Rep. Tim Kelly, the Republican from Saginaw Township who authored the bill, said that if the panel doesn’t like the system the department creates, it would make that clear to lawmakers, who would have the power to take action.
Who’s on the panel? The five members would have to include five “individuals with expertise in school accountability systems.” Three of the five would be appointed by the governor, and the other two would be appointed by leaders of the House and Senate.
What’s new? Previous versions of the bill called for a 13-member commission that would have had far broader powers. It would have been charged with creating the A-F system — taking control of the system out of the hands of the elected state Board of Education and the education department it oversees.
No immediate impact:
The House didn’t give the bill immediate effect, which means it won’t go into effect until 90 days after it’s signed by Snyder. If it clears the Senate the same way, it would mean incoming Democratic Gov. Gretchen Whitmer, and not Snyder, would control the panel.
Detroit’s plan derailed?
If the A-F plan is enacted, it will kill plans underway in Detroit to develop a citywide letter grading system for public schools. It was a requirement of the 2016 legislation that resolved the debt in the Detroit school district. But when that law was passed, it was with the stipulation that if a statewide system was developed, it would take precedence.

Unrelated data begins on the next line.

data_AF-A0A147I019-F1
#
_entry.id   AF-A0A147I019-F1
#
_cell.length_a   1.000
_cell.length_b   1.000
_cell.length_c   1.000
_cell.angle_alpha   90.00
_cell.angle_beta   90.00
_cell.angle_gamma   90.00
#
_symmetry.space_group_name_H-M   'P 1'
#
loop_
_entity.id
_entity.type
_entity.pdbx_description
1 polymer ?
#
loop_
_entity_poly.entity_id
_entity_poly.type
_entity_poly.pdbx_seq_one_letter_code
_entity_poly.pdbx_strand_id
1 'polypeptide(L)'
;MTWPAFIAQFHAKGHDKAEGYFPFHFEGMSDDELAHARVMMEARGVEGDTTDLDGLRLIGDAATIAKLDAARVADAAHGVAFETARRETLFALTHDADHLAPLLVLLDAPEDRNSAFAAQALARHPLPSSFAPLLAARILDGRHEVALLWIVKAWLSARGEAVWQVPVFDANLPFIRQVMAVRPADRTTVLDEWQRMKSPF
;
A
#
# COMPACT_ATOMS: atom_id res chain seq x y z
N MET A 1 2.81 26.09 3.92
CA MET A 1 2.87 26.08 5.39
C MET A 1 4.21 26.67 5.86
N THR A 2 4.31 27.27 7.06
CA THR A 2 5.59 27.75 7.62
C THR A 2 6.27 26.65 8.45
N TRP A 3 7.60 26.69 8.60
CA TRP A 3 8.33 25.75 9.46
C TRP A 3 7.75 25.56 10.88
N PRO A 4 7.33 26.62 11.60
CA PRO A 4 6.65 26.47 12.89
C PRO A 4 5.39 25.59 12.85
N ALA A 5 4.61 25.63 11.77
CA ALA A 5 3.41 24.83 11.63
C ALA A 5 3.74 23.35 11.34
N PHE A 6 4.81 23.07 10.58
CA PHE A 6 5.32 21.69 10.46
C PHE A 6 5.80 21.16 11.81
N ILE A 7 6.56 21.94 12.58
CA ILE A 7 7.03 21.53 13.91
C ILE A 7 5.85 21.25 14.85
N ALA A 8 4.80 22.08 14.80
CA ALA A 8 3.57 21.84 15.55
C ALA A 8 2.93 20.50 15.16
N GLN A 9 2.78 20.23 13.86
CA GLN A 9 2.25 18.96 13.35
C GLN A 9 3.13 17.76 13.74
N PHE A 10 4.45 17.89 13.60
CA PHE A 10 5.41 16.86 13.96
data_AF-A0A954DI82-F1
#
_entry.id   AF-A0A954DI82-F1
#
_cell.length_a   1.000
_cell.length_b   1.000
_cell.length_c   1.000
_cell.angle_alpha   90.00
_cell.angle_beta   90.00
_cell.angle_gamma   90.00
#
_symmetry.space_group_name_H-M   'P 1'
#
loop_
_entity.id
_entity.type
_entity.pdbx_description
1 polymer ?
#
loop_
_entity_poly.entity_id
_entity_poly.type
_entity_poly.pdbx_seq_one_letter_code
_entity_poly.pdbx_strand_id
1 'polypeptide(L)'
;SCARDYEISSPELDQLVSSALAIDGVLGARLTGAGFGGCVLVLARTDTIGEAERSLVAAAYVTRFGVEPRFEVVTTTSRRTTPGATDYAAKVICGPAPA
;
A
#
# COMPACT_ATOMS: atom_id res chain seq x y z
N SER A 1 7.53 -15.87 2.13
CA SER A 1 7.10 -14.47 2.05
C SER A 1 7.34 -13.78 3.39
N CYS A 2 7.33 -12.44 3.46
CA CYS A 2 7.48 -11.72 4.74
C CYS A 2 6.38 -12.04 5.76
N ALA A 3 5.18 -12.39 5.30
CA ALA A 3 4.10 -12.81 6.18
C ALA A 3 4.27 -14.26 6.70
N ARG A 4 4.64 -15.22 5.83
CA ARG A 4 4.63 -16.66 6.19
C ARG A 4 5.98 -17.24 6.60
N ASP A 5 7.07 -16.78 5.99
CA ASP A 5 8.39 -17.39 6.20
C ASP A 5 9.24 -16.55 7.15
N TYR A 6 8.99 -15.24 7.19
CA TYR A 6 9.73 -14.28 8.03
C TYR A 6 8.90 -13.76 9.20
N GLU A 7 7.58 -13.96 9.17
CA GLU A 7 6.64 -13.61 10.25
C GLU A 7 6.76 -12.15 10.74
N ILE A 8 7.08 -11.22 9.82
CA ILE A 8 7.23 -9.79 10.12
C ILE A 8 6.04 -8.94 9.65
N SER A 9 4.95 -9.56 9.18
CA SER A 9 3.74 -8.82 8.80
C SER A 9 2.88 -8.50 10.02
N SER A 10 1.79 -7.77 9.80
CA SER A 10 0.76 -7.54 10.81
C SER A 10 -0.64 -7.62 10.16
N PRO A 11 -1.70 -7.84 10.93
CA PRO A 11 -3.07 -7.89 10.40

The Community Education Association, which took on the task of creating the city letter grading system, has rolled out the plan in recent months and planned to vote on it Monday. But that meeting was canceled.
Detroit Superintendent Nikolai Vitti, a member of the commission, took to Twitter on Thursday afternoon to express his disappointment with the House vote, saying the commission’s work was “disrespected and ignored.”
Under current state law we engaged stakeholders to develop a single letter grade system that is superior to what is in the House bill. That work is disrespected and ignored. Yes, we were ready to grade our own schools.
— Nikolai Vitti (@Dr_Vitti) December 13, 2018
The education department would have to develop standards for identifying the lowest performing schools, described as “comprehensive support and improvement schools.” The number of such schools “shall not exceed a number equal to 5 percent of all public schools in the state,” the legislation says.
Which schools would meet the definition? A school would have to fall into any one of these categories.
- A high school that graduates fewer than two-thirds of its students.
- A school that receives an F in each of the five categories.
- A school that meets any other criteria under the federal education law.
Is there a hammer?
Yes, but it’s unclear how heavy it will be. By Dec. 1, 2019, the department would have to develop “accountability measures to impose on public schools,” that are in the bottom 5 percent. But the legislation doesn’t say what those potential measures should be. Currently, the state has the power to close chronically low-performing schools, though it has never exercised that option.